lrwxrwxrwx 1 root root 10 Jan 15 09:44 scsi-SATA_ST380815AS_6QZ5Z1AM-part1 -> ../../sda1

lrwxrwxrwx 1 root root 10 Jan 15 09:44 scsi-SATA_ST380815AS_6QZ5Z1AM-part2 -> ../../sda2

lrwxrwxrwx 1 root root 10 Jan 15 09:44 scsi-SATA_ST380815AS_6QZ5Z1AM-part3 -> ../../sda3

In this case, the SCSI Id of the device /dev/sda3 is scsi-SATA_ST380815AS_6QZ5Z1AM-part3. This is the device name to be used in the next command where a PBD (physical block device – a connector between the XS host and the SR) is created.


Next, create a PBD (see above) for the SR. Start with finding out the host uuid for the local host:

# xe host-list

uuid ( RO) : 83f2c775-57fc-457b-9f98-2b9b0a7dbcb5

name-label ( RW): xenserver1

name-description ( RO): Default install of XenServer


Then, create the PBD using the device SCSI Id, host uuid and SR uuid detected above:

# xe pbd-create sr-uuid=39baf126-a535-549f-58d6-feeda55f7801 device-config:device=/dev/disk/by-id/scsi-

SATA_ST380815AS_6QZ5Z1AM-part3 host-uuid=83f2c775-57fc-457b-9f98-2b9b0a7dbcb5



# aec2c6fc-e1fb-0a27-2437-9862cffe213e


Attach the PBD:

# xe pbd-plug uuid=aec2c6fc-e1fb-0a27-2437-9862cffe213e

At this time, the SR should be connected to the Xenserver host and be visible in Xencenter.


9. To restore VM to VDI mappings (i.e. which VMs use which disks), two alternatives are available:

- importing VM metadata from backup copies

- restoring the mappings manually, if metadata backup is not available



This subsection describes how to restore the mappings using VM metadata backup.


Run the following command to reinstate the VM metadata (VM records, VCPU/RAM allocation, VDI mappings):

# xe vm-import metadata=true filename=<METADATA-BACKUP-FILE>

If a warning is shown about no default SRs, set your local SR to be the default one (in the GUI).


10. In the event of missing VM metadata backup information, the following procedure may be performed in order to restore VMs and disk mappings.


First, one will have to restore VMs using available templates. Examples below show a real life situation with GUI screenshots. Create a VM using a template (deselect “Start VM automatically” – this is unnecessary), then delete default drives in the VM’s “Storage” tab. This will result in an empty VM with no storage attached. Reattaching VDIs can be a problem in large installations where many VMs exist and may have multiple VDIs attached.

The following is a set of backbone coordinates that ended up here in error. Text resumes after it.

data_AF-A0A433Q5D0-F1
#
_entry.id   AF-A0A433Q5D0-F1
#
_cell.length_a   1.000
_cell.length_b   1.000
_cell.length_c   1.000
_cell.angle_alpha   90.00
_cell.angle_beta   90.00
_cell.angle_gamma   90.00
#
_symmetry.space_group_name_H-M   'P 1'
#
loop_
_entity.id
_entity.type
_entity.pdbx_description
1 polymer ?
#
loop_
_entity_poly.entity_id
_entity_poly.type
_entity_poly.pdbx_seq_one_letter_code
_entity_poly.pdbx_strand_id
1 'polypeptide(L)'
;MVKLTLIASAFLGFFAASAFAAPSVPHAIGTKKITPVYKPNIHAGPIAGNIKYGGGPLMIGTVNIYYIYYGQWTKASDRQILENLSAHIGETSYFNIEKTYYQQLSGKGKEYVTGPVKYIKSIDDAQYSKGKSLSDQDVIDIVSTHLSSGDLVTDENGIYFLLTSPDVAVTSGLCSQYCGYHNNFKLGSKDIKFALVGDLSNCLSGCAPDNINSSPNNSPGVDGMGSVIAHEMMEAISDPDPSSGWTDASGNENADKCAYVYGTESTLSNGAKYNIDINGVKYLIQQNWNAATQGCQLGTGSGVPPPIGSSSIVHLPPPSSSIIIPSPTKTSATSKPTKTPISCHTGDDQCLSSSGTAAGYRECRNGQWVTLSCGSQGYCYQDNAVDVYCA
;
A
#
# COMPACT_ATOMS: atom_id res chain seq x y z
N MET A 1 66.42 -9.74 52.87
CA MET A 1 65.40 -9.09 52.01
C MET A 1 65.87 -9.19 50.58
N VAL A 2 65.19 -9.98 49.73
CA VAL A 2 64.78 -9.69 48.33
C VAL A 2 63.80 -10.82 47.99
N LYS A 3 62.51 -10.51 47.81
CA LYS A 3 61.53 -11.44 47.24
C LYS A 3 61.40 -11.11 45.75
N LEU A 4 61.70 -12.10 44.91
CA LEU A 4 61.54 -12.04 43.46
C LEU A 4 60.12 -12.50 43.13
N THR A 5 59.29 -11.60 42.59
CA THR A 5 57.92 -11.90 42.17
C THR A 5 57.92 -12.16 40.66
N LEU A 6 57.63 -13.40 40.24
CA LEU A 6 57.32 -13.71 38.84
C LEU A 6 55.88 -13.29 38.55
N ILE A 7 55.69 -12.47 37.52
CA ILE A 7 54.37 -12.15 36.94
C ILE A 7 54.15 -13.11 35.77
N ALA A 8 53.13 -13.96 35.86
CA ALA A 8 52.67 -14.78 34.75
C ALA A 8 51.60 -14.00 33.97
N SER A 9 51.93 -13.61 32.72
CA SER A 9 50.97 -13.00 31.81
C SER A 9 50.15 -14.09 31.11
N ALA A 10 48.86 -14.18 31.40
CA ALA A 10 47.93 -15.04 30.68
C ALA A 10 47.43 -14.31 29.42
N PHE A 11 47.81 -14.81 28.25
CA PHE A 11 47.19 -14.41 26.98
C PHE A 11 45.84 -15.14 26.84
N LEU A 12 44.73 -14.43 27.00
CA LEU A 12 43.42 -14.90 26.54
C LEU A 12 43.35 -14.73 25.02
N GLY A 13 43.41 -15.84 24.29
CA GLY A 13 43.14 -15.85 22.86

For example, two Windows 2003 VMs were created on a Xenserver host and then subsequently the host was reinstalled, preserving the local storage. Having reintroduced the local storage, 4 VDIs are available – 2x4Gb and 2x512Mb – a root and a swap partition per VM.



Use the GUI to create the VMs as described above and then attach available VDIs – see image below.





Note for Xenserver hosts with 1 HDD

The above procedures will not work on Xenserver hosts with 1 local hard drive only as the system will automatically assume /dev/sda (on HP systems /dev/cciss/c0d0p0) as the Dom0 partition and /dev/sda3 (on HP systems /dev/cciss/c0d0p3) as the VM storage partition and will not display the VM storage selection dialogue at all, rendering the

above procedure impossible.


In order to circumvent this, one has to delete the Xenserver internal database and recreate it from the beginning, using the procedure above starting from point 8.


Delete the Xenserver database:

# rm /var/xapi/state.db


Restart XAPI service – this will recreate a new Xenserver database. Bear in mind that this data base will not contain any storage/network/VM related data and that everything will have to be restored manually:

# xe-toolstack-restart

Follow the procedure above from point 8.


This document applies to:

Xenserver 4.1

Xenserver 5.0